I could probably write about a hundred posts about lessons I have learned since my son was born over 9 months ago, but one has stuck out in my mind lately: I’ve learned to say “No” without guilt. Well, without much guilt anyway.
Being a well-raised Southern girl, my first inclination whenever I get an invitation, or a request to do something, is to say yes. I get it from my mother. I am a people-pleaser and hate feeling like I have let anyone down. It drives me crazy. For my whole adult life, my inclination has been to always agree to as much as possible.
Generally, I think this is a good policy. I miss out on less and it helps maintain good relationships and expand my horizons. Usually when I push myself to do something, I’m glad in the end that I did it. But all of that changed when William was born, because guess what? It wasn’t just me anymore.
The first time I encountered a dilemma was after we had been home for a couple of weeks with our new baby. We were doing our best to keep him home, not taking him out much as most doctors recommend to keep them from getting sick. After a while, we started getting invites to grab a quick family dinner or meet someone for coffee. It wasn’t all just pressure – I was definitely starting to get stir-crazy. I brought William to dinner with my family when he was two weeks old and then tormented myself for days about whether or not that was the right choice. (I was dealing with a lot of anxiety at the time, so I probably fretted over this more than I really should have.) At that point, I decided that I would go with my gut about what was right for my baby, and if that meant saying “no”, then so be it. Everyone was very understanding, and I felt validated in my decisions.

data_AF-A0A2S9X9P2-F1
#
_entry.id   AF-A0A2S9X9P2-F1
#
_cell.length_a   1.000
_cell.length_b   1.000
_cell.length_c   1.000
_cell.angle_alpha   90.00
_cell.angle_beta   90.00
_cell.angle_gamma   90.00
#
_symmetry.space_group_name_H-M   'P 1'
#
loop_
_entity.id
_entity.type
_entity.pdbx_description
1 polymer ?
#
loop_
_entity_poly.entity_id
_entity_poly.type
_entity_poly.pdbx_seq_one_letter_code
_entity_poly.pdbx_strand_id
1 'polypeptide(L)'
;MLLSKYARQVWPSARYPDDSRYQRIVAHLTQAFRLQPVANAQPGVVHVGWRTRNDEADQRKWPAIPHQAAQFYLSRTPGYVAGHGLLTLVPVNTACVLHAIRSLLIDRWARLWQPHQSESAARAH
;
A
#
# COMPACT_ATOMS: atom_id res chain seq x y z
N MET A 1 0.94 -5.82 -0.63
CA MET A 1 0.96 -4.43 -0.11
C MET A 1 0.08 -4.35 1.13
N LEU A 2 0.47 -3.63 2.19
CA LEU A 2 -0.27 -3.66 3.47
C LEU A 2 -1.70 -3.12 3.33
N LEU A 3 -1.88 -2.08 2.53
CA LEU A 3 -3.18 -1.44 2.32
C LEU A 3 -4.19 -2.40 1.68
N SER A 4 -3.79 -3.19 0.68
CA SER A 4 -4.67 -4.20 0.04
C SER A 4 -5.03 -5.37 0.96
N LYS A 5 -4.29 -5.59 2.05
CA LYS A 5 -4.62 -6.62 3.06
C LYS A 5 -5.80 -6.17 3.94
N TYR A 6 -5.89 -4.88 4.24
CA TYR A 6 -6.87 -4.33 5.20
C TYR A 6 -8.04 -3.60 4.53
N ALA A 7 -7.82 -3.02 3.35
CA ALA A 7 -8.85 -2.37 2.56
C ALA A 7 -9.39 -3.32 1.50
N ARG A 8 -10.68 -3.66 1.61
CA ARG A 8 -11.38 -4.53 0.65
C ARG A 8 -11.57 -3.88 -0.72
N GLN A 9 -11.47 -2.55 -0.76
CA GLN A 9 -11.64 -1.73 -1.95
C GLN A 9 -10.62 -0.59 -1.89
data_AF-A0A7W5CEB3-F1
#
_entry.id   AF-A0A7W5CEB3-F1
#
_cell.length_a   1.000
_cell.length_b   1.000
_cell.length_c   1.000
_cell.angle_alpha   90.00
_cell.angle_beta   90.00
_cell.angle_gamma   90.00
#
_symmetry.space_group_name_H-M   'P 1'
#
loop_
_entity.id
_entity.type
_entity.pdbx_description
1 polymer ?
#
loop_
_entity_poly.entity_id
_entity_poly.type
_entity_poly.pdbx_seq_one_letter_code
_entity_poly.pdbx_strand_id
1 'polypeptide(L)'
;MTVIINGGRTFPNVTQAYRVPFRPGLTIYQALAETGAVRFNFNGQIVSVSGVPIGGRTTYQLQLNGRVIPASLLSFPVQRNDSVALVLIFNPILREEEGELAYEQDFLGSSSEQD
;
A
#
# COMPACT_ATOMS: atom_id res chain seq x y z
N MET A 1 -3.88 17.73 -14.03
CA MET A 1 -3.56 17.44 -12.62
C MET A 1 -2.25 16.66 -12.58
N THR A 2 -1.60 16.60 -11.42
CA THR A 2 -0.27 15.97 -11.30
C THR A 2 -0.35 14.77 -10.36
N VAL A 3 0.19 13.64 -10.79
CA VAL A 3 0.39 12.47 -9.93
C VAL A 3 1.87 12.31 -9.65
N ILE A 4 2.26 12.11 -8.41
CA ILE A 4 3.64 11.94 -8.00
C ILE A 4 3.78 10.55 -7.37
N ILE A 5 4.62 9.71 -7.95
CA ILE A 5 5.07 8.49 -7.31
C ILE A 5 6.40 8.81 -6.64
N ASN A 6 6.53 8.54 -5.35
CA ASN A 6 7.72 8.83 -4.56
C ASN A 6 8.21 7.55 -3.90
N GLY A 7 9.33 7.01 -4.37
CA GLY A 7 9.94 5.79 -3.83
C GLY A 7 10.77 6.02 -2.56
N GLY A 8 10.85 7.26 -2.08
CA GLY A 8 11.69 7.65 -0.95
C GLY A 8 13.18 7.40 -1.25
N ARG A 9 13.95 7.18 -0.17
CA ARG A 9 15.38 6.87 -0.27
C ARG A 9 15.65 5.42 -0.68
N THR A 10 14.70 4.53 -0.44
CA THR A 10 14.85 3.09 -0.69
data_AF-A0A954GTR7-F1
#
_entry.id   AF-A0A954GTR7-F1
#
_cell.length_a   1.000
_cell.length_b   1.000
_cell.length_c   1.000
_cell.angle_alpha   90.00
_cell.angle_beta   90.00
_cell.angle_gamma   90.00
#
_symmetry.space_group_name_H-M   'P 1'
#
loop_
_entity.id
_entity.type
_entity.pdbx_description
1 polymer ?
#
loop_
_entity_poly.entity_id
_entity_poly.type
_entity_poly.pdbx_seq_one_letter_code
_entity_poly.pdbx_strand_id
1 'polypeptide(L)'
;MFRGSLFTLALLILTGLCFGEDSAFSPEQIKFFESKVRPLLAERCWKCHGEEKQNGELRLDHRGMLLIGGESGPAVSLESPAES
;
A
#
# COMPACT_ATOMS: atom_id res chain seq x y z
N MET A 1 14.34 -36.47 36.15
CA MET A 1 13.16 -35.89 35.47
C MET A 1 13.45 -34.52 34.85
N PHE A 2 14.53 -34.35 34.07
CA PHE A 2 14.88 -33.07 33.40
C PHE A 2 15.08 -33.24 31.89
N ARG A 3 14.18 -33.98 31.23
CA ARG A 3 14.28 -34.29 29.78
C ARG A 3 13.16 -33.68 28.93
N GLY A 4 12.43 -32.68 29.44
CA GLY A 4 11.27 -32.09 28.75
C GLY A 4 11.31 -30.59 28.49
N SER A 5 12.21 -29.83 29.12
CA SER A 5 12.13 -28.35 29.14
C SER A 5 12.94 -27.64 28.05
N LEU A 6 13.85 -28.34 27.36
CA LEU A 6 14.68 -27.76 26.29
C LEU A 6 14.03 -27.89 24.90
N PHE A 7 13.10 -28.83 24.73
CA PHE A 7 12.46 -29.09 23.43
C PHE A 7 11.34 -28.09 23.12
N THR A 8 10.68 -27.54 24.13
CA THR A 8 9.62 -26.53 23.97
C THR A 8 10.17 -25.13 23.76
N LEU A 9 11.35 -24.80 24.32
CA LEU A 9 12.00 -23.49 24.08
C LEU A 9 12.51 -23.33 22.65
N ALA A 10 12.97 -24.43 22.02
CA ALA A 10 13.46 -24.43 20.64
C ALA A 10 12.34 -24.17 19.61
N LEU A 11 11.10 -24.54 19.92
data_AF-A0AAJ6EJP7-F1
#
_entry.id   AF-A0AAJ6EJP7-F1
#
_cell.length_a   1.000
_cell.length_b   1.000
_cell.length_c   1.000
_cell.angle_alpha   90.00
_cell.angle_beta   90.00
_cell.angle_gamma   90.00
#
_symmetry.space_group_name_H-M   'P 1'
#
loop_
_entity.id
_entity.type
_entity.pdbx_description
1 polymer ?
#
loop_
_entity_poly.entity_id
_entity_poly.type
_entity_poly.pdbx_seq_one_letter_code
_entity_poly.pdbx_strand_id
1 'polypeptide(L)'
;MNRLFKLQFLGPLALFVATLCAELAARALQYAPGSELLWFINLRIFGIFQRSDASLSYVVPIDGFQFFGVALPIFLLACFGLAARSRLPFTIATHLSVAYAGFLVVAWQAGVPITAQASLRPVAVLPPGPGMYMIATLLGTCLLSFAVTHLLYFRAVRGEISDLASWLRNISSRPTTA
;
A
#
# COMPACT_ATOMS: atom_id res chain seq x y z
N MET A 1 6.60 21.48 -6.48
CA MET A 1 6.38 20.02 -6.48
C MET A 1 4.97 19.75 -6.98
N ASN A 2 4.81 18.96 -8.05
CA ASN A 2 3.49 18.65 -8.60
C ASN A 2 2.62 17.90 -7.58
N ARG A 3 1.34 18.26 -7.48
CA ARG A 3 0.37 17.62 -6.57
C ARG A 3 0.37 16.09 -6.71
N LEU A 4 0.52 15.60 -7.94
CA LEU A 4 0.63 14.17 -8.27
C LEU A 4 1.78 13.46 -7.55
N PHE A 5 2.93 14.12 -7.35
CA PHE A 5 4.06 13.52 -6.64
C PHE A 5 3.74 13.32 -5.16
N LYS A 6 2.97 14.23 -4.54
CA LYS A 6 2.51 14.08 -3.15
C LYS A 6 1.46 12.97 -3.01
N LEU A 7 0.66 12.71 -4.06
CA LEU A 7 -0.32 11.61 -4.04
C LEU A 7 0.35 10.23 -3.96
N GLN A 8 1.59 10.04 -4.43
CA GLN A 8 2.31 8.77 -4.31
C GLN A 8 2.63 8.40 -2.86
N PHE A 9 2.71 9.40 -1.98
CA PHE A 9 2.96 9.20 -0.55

A few months later, after we were more comfortable taking William out, he entered a fussy period. To our endless frustration, it seemed that he had some kind of threshold and once he reached it, he was done. He would scream until we brought him home. I was upset because I wanted to be out and not just home with my baby all the time, and I also didn’t want to disappoint the people we were spending time with who wanted to see him. But William didn’t care – he just knew he was tired, or hungry, or wet, or whatever, and usually he wasn’t happy until he was back at home. So I had to learn how to say “No” again, as in, “No, my baby is not up for that right now. I’m sorry.” I also had to learn how to bail on a situation if he was unhappy. I remember being so frustrated about not being able to go anywhere, and my mom telling me, “Just keep trying, and once he gets upset, and you can’t calm him down, then leave. It will get better.” Learning to say, “No, we can’t stay any longer, we have to go right now,” actually allowed us to experience more, because we didn’t skip something altogether for fear of our baby screaming and ruining it. And yes, he did get better and he’s usually up for just about anything these days. However, we still have to make sure that he naps, and that he goes to bed on time. That sometimes requires going home early or moving things around, but that is what he needs to be happy and healthy.
I’ve learned to say “No” for my baby, but also for myself. Motherhood can be hard, and especially on those days when William has been difficult, or he was up several times the night before, I’m sometimes not up for much. I still try to be available for as much as I can, because I want to maintain my family relationships and friendships. But if I’m truly too tired for something, or just need a break, I try to give myself permission to say, “I can’t tonight, I need to rest.” It’s an ongoing process, as I’m sure it is for a lot of moms out there. But it’s an important lesson to learn.
Have you had to say “No” more often since having children? How has it changed your relationships?